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Please be aware that this old REACH registration data factsheet is no longer maintained; it remains frozen as of 19th May 2023.

The new ECHA CHEM database has been released by ECHA, and it now contains all REACH registration data. There are more details on the transition of ECHA's published data to ECHA CHEM here.

Diss Factsheets

Toxicological information

Direct observations: clinical cases, poisoning incidents and other

Currently viewing:

Administrative data

direct observations: clinical cases, poisoning incidents and other
Type of information:
other: Clinician's report
Adequacy of study:
other information
2 (reliable with restrictions)
Rationale for reliability incl. deficiencies:
other: Citation in reliability 2 publication
Reason / purpose for cross-reference:
reference to other study

Data source

Reference Type:
study report

Materials and methods

Study type:
clinical case study
Endpoint addressed:
repeated dose toxicity: oral

Test material

Constituent 1
Chemical structure
Reference substance name:
Methyl salicylate
EC Number:
EC Name:
Methyl salicylate
Cas Number:
Molecular formula:
methyl salicylate
Constituent 2
Chemical structure
Reference substance name:
Salicylic acid
EC Number:
EC Name:
Salicylic acid
Cas Number:
Molecular formula:
2-Hydroxybenzoic acid

Results and discussion

Applicant's summary and conclusion

Retrospective studies of children receiving salicylate therapy in the management of juvenile rheumatoid arthritis did not uncover any cases in which hepatomegaly (as seen in dogs) could be associated with massive daily doses of salicylate over prolonged periods of time. The reviews of human case histories (secondary reference, Abbott and Harrisson, 1978) suggest that the salicylate that the salicylate produced hepatomegaly in dogs are not relevant to humans.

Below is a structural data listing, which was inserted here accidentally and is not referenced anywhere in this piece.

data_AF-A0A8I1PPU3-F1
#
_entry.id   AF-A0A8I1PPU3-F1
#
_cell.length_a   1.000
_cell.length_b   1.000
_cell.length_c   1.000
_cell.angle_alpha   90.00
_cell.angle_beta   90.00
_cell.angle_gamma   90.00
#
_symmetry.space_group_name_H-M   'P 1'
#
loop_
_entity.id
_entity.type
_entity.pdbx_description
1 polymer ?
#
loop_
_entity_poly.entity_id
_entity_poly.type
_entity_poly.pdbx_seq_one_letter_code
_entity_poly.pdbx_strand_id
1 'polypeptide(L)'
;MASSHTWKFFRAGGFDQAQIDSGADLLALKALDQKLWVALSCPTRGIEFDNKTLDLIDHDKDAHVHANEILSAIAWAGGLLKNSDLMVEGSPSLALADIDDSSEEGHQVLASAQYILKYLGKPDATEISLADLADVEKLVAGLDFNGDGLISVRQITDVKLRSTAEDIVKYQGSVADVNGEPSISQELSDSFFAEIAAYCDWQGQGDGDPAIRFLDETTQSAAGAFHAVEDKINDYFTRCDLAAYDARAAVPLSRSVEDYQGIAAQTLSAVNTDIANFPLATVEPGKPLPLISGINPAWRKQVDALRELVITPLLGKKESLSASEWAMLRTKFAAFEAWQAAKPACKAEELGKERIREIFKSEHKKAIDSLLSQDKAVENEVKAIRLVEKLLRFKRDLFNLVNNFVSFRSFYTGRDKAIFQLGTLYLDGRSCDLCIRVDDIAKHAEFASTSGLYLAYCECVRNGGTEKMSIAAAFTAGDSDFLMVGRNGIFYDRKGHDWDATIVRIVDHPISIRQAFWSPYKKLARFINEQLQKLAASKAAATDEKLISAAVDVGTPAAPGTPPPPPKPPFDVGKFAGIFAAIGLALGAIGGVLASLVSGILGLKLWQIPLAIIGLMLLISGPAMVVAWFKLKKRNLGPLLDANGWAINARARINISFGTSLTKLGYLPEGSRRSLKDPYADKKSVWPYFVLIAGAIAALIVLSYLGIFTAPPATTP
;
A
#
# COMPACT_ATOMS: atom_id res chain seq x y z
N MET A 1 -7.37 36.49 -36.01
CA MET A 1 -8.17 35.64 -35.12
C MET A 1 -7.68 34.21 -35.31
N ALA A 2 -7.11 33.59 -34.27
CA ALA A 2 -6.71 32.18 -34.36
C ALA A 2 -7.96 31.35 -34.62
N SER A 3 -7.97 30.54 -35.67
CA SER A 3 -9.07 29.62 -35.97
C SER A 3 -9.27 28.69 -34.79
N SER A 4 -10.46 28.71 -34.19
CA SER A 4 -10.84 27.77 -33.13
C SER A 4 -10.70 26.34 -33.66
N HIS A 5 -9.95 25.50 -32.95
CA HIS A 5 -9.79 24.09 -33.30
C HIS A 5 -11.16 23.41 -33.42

Executive summary:

Abbott and Harrisson, 1978 conducted a study in dogs to ascertain whether or not hepatomegaly was associated with massive daily dosages of salicylates. In order to determine whether findings were relevant for humans, the assistance of seven clinicians was solicited to review case histories of children receiving salicylate therapy and whose periodic examinations had included records of liver palpation.

A total of 218 cases were reported upon (see "cross reference to other study"). Salicylate dosages ranged up to 4800 mg/day over periods of up to 8 or 10 years. It was consensus of the reporting clinicians that salicylate therapy does not cause hepatomegaly. Nor does salicylate therapy interfer with growth or weight gain. It was reported however, that hepatomegaly is occasionally seen upon admission or during the course of treatment. Such was viewed as a concurrent happening which if encountered regresses as the disease condition is brought under control by salicylate therapy.